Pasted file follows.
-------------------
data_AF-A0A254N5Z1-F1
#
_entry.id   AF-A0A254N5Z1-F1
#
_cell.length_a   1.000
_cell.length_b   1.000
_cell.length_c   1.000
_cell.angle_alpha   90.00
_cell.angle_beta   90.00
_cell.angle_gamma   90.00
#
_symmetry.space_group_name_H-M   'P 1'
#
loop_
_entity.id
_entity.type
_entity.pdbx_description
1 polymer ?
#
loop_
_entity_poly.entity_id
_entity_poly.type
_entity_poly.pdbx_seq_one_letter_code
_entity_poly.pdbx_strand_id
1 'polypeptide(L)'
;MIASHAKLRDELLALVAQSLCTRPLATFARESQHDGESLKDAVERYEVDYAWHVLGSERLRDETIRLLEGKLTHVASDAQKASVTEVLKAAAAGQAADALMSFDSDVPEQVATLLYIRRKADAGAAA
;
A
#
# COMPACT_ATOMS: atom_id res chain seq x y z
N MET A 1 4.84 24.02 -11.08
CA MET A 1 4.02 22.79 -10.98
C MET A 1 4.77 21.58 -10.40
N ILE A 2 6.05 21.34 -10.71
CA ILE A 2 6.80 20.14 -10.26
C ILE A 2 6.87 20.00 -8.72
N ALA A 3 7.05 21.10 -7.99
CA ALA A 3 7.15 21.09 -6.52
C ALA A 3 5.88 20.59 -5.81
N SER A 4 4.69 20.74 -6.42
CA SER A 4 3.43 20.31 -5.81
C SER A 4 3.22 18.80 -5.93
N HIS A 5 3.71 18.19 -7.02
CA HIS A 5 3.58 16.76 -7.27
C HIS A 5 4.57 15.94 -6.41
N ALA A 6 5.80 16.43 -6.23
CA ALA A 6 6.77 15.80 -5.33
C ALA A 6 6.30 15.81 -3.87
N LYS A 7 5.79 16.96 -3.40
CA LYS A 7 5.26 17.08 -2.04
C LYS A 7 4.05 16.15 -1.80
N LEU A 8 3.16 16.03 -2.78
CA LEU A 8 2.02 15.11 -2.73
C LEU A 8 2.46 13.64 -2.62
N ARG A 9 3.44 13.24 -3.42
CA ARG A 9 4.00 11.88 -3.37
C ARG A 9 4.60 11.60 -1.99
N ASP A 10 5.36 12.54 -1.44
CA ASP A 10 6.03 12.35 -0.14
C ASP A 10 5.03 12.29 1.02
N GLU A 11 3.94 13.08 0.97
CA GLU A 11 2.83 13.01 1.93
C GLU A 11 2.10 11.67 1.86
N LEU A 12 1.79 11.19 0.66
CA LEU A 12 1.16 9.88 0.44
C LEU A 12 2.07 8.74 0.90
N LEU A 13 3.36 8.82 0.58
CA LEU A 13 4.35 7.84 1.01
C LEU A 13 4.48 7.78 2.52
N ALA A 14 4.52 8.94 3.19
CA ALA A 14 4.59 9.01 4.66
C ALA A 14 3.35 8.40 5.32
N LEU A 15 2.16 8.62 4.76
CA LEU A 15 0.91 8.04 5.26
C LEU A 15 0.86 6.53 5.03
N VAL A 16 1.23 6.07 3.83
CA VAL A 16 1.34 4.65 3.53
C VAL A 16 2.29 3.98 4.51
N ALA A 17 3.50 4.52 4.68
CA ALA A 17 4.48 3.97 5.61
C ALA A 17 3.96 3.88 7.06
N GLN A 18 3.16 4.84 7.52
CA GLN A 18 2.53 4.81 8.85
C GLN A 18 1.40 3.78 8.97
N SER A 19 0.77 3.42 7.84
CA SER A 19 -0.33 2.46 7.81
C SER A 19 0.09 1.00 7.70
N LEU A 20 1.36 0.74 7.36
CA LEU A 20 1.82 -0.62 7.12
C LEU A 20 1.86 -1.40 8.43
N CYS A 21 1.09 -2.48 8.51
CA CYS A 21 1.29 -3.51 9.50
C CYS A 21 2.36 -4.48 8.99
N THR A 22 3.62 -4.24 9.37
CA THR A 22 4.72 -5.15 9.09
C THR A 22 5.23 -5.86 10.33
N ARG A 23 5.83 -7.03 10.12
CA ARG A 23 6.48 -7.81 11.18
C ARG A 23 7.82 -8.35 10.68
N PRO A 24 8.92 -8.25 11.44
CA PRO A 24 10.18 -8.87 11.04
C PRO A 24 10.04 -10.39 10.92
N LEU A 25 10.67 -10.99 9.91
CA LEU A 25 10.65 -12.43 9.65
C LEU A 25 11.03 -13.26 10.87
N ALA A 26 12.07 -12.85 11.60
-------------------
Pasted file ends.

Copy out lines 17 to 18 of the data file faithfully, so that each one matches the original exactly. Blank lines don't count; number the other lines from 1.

_entity.pdbx_description
1 polymer ?